back to article Eight pocket-pleasing USB 3.0 hard drives

My, how time flies. It has been a couple of years since El Reg did a group test of external USB3.0 hard drives and comparing prices for 1TB drives between then and now shows how much the price of conventional hard drives has fallen in the meantime. Then, only one drive was under the £100 barrier, this time around, all the ones I …

  1. Lee D Silver badge

    The problem I have with these is that they're still a bit small in terms of capacity.

    1Tb is fine for the "let's lob some photos on" crowd, but my laptop alone has 4Tb of storage. In terms of putting things on for backup, I need something huge. And when you get into those sizes, then backup speed is a real issue.

    These things are neither one thing nor the other. 64Gb USB sticks are dirt cheap, can be dropped and are very fast. These things are large but (comparatively) slow and fragile. Not the best for home backup.

    And then you consider that pretty much any old enclosure could do if you slap the largest drive you can afford onto it. I can get a 2.5" 1Tb SSD for a couple of hundred now, but I can't get four times the storage in spinning disk enclosures for the same price.

    I prefer the Zalman VE- range anyway as they allow you to mount ISO's stored on the disk and it pretends to be a bootable USB CD drive at the same time (no more carrying around boot/rescue/driver/OS install disks). One of those unique selling points that nobody else ever bothers to copy despite it being nothing but a firmware upgrade. But they can bundle some freeware backup junk that I wouldn't trust my temporary files to...

  2. Tromos

    Cable length

    Kudos to Freecom for ditching the short stubby cable. These drives are portable, hence useful for bulk transfers of files from device to device. When plugging in to a desktop tower case, I don't want to go grovelling round the back to find a USB socket, there are usually a couple at the front, often right at the top. Do I want to leave the drive dangling in the air because the cable is too short? I know most of these are rugged enough to easily survive the short drop to the desk, but it does rather interrupt the file copy when the drive detaches and takes a dive.

  3. Peter Sommer

    Not enough power!

    An important thing to worry about is whether the drive will draw more current from the USB socket than the motherboard is happy about. All too often with larger capacity drives Windows will put up a "power surge" complaint. Some people think there are software fixes for this, but really manufacturers ought to be supplying Y-cables - 2 USB connectors for the PC/laptop, the second one to provide the necessary power. Most of the time they don't and you have to source the Y-cable from EBay

    1. Anonymous Coward
      Anonymous Coward

      Re: Not enough power!

      That was the really annoying thing about firewire not taking off, it supplied 30v but then it's the amps that count.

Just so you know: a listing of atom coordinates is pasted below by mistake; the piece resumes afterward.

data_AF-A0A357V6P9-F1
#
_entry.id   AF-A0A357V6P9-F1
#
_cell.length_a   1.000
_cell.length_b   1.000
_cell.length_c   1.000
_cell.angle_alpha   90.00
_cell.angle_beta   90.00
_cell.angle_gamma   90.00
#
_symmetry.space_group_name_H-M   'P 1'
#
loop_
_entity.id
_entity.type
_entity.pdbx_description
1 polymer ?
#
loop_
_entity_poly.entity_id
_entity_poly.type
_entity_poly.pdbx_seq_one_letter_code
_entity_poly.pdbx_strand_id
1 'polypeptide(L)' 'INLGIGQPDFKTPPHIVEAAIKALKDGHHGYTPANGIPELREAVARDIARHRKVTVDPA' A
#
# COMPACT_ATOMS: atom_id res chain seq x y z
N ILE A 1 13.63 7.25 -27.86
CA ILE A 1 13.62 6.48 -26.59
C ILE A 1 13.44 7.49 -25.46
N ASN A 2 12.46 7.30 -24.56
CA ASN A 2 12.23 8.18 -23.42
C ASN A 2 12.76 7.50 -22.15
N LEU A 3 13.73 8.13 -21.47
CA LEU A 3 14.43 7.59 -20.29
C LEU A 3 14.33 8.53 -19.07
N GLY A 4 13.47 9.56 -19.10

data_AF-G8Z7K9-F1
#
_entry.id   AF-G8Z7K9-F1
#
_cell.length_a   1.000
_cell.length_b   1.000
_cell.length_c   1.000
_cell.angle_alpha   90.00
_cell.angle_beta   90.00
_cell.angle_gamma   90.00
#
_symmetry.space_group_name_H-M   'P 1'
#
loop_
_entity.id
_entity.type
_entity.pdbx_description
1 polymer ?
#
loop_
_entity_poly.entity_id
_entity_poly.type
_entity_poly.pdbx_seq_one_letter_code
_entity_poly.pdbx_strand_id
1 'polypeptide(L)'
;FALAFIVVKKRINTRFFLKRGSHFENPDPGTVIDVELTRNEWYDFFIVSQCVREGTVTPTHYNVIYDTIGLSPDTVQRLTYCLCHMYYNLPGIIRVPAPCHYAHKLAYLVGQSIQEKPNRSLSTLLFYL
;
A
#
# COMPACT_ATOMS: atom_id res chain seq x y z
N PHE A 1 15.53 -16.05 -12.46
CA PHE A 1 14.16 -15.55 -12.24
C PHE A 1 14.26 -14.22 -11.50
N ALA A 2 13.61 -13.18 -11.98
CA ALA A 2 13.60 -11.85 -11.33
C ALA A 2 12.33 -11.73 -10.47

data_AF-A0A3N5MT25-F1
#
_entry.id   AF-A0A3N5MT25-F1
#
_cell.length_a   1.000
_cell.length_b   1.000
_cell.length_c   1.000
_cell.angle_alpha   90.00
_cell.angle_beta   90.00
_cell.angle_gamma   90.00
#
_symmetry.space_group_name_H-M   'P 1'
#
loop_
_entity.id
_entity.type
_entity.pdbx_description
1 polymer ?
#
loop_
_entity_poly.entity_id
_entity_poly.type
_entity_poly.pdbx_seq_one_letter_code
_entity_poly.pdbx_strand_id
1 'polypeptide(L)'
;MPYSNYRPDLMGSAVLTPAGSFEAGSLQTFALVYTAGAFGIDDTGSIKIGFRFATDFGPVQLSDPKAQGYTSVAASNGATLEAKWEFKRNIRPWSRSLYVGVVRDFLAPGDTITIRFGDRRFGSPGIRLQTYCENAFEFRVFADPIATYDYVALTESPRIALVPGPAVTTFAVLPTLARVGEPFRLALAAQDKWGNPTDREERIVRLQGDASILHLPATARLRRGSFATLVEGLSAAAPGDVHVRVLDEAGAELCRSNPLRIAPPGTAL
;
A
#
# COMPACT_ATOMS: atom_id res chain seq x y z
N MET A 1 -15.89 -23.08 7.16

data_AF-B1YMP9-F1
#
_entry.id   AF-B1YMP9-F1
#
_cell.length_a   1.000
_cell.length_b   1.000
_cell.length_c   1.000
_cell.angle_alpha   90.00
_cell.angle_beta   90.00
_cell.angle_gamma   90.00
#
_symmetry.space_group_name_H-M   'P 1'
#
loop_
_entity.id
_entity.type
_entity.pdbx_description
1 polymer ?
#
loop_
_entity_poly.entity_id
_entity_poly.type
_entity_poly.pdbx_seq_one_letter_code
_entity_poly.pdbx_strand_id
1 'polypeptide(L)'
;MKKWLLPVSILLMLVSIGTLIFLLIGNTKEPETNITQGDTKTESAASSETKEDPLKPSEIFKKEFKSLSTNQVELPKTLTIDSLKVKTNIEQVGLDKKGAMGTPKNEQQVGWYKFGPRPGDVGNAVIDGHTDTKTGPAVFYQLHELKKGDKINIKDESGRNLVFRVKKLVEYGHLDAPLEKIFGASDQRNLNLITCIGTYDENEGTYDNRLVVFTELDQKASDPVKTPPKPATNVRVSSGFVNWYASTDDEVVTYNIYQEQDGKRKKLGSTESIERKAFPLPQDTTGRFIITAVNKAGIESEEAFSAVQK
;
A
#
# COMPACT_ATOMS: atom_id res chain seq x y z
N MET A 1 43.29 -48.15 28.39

The newer USB specs are finally realising that power is important and that 5v @ 500mA isn't enough.

      Often I find it cheaper to buy these USB drives and then take the drive out if I want an internal drive as often they're SATA with a converter. But I was caught out by a Toshiba that used a custom drive. I wonder how many of them do that now? I discovered that the clue to finding a drive with a converter is if the USB is on the side not the back.

      1. TheProf

        Re: Not enough power!

        I did that too. Took the drive out of a Toshiba model. It was a standard SATA connector and fitted into my laptop with no trouble at all. It worked out cheaper than buying a bare drive.

        One thing impressed me with the Tosh case was the activity light. Plugged into a USB3 port and it glows blue. In a USB2 port it's white.

      2. elec-dan

        Re: Not enough power!

        I used to do this too. I can say though that the Samsung M3 has the USB port mounted directly on the drives circuit board, so I got caught out there (and didn't want to risk returning it as the case wasn't easy to open!). Its proved itself a nice USB drive to take around though, and has replaced my e-sata one.

        1. jason 7

          Re: Not enough power!

          When the big HDD flood happened a couple of years+ ago I was buying Seagate NAS boxes with 2 x 1TB HDDs in them far cheaper than the bare drives would have cost me.

          Bit crafty but hey...

        2. No, I will not fix your computer

          Re: Not enough power!

          Yep, I did the same thing, building a small media server with 4x 2.5" 2Tb drives (smaller and quieter than the 3.5"), but opened the Tosh to find a direct to USB3 board, no SATA - they were only £78 each, but I kept the one I opened and sent the three unopened ones back.

          I wonder, ElReg - are the direct to USB3 drives faster than the drives with a USB/SATA bridge? logically you'd think they might be, mine seems whizzy, but I've not done any tests.

    2. Anonymous Coward
      Anonymous Coward

      Re: Not enough power!

      Or make ALL usb ports a 1A minimum...

  4. Nifty Silver badge

    How to encrypt these?

    Without spending as much again on software?

    Now that TrueCrypt is 'dead'.

    You wouldn't want to export from your encrypted Windows partition into a free to view ID theft package, would you?

    1. dogged

      Re: How to encrypt these?

      BitLocker, FileVault, VeraCrypt depending on your OS.

      1. Anonymous Coward
        Anonymous Coward

        Re: How to encrypt these?

        Truecrypt 7.11a (I think) was the last unadulterated version and remains uncracked...

  5. Nifty Silver badge

    Windows 7 home premium 32 bit. Looks like VeraCrypt is the only option. It's the one that has has not yet had a code audit for security to nearly the same extent as Truecrypt.